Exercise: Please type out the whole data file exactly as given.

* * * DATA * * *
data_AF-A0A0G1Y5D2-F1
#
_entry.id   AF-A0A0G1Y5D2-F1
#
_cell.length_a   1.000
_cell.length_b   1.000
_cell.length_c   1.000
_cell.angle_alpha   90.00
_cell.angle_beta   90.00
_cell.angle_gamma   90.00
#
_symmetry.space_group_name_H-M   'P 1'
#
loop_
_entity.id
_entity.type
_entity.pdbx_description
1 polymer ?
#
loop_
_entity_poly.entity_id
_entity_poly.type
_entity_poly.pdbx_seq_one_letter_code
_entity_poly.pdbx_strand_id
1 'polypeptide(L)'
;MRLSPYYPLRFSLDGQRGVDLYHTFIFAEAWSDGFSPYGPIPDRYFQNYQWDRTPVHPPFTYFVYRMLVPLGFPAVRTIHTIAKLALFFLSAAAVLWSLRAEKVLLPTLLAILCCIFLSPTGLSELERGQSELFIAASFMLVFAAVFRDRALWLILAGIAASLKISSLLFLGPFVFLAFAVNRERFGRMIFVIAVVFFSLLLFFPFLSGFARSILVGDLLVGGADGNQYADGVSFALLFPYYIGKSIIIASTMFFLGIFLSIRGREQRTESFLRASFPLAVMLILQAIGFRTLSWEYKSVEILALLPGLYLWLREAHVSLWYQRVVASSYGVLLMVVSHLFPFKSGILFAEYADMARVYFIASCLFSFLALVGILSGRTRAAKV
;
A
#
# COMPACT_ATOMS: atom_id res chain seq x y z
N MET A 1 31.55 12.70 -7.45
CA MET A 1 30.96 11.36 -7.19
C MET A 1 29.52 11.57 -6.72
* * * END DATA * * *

data_AF-A0A0G1Y5D2-F1
#
_entry.id   AF-A0A0G1Y5D2-F1
#
_cell.length_a   1.000
_cell.length_b   1.000
_cell.length_c   1.000
_cell.angle_alpha   90.00
_cell.angle_beta   90.00
_cell.angle_gamma   90.00
#
_symmetry.space_group_name_H-M   'P 1'
#
loop_
_entity.id
_entity.type
_entity.pdbx_description
1 polymer ?
#
loop_
_entity_poly.entity_id
_entity_poly.type
_entity_poly.pdbx_seq_one_letter_code
_entity_poly.pdbx_strand_id
1 'polypeptide(L)'
;MRLSPYYPLRFSLDGQRGVDLYHTFIFAEAWSDGFSPYGPIPDRYFQNYQWDRTPVHPPFTYFVYRMLVPLGFPAVRTIHTIAKLALFFLSAAAVLWSLRAEKVLLPTLLAILCCIFLSPTGLSELERGQSELFIAASFMLVFAAVFRDRALWLILAGIAASLKISSLLFLGPFVFLAFAVNRERFGRMIFVIAVVFFSLLLFFPFLSGFARSILVGDLLVGGADGNQYADGVSFALLFPYYIGKSIIIASTMFFLGIFLSIRGREQRTESFLRASFPLAVMLILQAIGFRTLSWEYKSVEILALLPGLYLWLREAHVSLWYQRVVASSYGVLLMVVSHLFPFKSGILFAEYADMARVYFIASCLFSFLALVGILSGRTRAAKV
;
A
#
# COMPACT_ATOMS: atom_id res chain seq x y z
N MET A 1 31.55 12.70 -7.45
CA MET A 1 30.96 11.36 -7.19
C MET A 1 29.52 11.57 -6.72